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Rhonda Faehn says Steve Penny told her to keep quiet about Larry Nassar

Asher Fair
163   //    06 Jun 2018, 13:29 IST

Former U.S. Gymnastics Officials Testify To Senate Committee On Preventing Abuse And Ensuring Safe Environment For Athletes
Former U.S. Gymnastics Officials Testify To Senate Committee On Preventing Abuse And Ensuring Safe Environment For Athletes

On Tuesday, a Senate hearing regarding the Larry Nassar sexual assault scandal took place, and several officials involved with the scandal on some level were there to testify in front of the Subcommittee on Consumer Protection, Product Safety, Insurance, and Data Security.

Among those who testified were former USA Gymnastics CEO Steve Penny, former Michigan State University President Lou Anna Simon and former USA Gymnastics senior vice president for women's programs Rhonda Faehn.

Written statements were provided by former USA Gymnastics national team coordinator Márta Karolyi and former United States Olympic Committee president Scott Blackmun. Both Karolyi and Blackmun stated that they could not attend the hearing due to medical reasons.

Faehn, who was just released by USA Gymnastics after two-time Olympic gymnast Aly Raisman revealed that she told Faehn about the sexual assault that she was forced to endure at the hands of Nassar and more than 40 girls were sexually assaulted from that point until Nassar was actually arrested, claims that Penny told her to be quiet about Nassar.

Here is what Faehn had to say about the matter in her testimony, according to the New York Post.

“[Steve Penny] told me not to say anything or do anything because he was going to handle everything going forward and he told me he was going to report the concerns to proper authorities, which I assumed included law enforcement.”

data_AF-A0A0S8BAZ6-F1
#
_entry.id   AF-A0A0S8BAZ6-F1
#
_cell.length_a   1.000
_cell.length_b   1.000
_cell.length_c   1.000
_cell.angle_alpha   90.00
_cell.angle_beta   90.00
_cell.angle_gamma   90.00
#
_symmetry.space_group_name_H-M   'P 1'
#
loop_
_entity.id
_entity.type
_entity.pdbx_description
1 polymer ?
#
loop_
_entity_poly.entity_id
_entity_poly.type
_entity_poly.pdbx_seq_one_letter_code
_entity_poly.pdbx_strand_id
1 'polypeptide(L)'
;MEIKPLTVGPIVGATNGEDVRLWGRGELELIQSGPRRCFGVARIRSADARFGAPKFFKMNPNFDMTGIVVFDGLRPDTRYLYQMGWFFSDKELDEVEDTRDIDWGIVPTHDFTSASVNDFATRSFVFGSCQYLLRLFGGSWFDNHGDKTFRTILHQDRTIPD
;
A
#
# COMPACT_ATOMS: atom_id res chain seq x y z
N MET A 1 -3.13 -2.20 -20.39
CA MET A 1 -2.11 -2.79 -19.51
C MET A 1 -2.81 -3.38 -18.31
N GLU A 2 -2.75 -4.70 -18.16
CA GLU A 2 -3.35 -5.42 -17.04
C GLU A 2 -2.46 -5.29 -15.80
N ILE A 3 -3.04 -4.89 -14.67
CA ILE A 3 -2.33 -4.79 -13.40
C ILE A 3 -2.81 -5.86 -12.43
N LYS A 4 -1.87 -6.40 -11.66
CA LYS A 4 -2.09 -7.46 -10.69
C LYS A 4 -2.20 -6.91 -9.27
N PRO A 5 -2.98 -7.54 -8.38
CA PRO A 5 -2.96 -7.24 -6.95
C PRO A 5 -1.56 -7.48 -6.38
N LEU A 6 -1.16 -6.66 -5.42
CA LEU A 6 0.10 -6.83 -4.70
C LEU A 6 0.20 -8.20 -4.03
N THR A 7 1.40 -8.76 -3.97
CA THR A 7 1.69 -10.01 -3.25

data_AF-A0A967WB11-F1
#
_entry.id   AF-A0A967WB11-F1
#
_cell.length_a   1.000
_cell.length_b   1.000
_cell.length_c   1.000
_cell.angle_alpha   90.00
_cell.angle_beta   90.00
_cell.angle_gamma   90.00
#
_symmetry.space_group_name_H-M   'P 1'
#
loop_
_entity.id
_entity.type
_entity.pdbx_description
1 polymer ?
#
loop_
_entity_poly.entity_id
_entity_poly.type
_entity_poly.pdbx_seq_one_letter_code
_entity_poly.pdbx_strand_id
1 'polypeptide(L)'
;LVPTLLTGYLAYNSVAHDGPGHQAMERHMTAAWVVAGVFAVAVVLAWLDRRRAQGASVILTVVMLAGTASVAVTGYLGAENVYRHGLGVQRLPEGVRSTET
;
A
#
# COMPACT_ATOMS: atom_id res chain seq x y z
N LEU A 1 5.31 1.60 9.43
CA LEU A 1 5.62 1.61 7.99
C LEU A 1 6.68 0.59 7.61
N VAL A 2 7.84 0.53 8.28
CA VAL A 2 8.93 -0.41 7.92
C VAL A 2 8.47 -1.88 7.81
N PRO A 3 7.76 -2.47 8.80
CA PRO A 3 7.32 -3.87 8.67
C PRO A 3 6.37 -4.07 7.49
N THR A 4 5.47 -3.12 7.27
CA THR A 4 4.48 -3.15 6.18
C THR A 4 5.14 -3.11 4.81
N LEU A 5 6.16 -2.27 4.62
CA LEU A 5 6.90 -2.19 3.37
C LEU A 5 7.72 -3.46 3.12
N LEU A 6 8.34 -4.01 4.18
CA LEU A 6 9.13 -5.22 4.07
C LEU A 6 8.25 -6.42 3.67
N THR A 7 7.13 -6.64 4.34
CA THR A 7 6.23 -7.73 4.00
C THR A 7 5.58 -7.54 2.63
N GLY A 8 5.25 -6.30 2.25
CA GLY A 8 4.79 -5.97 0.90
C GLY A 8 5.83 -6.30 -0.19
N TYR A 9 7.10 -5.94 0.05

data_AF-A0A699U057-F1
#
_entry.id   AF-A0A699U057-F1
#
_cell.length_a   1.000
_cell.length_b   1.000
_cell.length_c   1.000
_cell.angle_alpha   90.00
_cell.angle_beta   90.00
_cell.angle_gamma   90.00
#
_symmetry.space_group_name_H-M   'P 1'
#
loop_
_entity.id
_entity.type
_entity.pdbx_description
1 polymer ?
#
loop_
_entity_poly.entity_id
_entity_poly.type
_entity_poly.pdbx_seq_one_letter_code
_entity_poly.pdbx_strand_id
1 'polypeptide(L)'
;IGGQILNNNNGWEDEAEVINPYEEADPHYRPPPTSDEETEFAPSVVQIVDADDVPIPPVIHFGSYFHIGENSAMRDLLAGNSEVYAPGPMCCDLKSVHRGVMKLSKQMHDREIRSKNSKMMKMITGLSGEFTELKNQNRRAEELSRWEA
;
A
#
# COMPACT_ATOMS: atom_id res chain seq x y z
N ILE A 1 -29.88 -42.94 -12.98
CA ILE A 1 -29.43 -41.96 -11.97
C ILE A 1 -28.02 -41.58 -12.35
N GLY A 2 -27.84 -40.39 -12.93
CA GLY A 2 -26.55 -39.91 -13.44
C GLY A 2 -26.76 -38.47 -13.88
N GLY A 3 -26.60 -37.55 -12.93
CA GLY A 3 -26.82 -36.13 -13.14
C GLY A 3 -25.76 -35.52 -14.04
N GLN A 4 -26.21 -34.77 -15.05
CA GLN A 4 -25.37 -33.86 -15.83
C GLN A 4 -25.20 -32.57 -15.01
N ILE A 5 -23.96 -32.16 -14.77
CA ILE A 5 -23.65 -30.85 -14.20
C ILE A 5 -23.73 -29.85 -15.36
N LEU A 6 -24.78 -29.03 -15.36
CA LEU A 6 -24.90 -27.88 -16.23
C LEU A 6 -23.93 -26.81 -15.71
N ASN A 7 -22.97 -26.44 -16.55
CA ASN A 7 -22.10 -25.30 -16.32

Here is what former gymnast Emily Stebbins, who is one of the many people who have accused Nassar of sexual assault, had to say about Faehn, according to the New York Post.

“You just see all these little people thinking they did their thing, but no one took the one step that should have been taken, which is go to the police, or the authorities. The one thing one person could have done is do that. No one did that. You [Rhonda Faehn] see what Steve Penny did with the information. What should you have done further when you saw no action was being taken?”

Oklahoma University gymnast Maggie Nichols was the first gymnast who reported Nassar's predatory behavior to Faehn in the summer of 2015. Faehn reportedly told Penny about Nichols's accusations, but the Federal Bureau of Investigation (FBI) were not notified until nearly six weeks later.


Instead, USA Gymnastics hired a private investigator named Fran Sepler. They did not notify the FBI until after Raisman and fellow Olympic gymnast McKayla Maroney also reported that Nassar had sexually assaulted them and, like Nichols, met with Sepler over a two-week span that summer.

As referenced above, it took nearly six weeks for USA Gymnastics to actually notify the FBI about Nassar's predatory behavior. The FBI then proceeded to take over one year to actually pursue the case.

Nassar is the disgraced former USA Gymnastics and Michigan State University physician who has been accused of sexually assaulting more than 260 people, mostly female gymnasts, under the guise of medical treatment. He committed acts of sexual assault for over two decades.

The 54-year-old perpetrator of the largest sexual assault scandal in was given three lengthy prison sentences since this past December. As a result, he is set to spend his life behind bars.

Nassar was given 60-year federal prison sentence on three child pornography charges this past December. He is currently serving this sentence at United States Penitentiary, Tucson in Tucson, Arizona.

He was sentenced to between 40 and 175 years in state prison on seven sexual assault charges in an Ingham County, Michigan courtroom in January. Finally, he was sentenced to between an additional 40 and 125 years in state prison on three more sexual assault charges in an Eaton County, Michigan courtroom in February.

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Asher Fair
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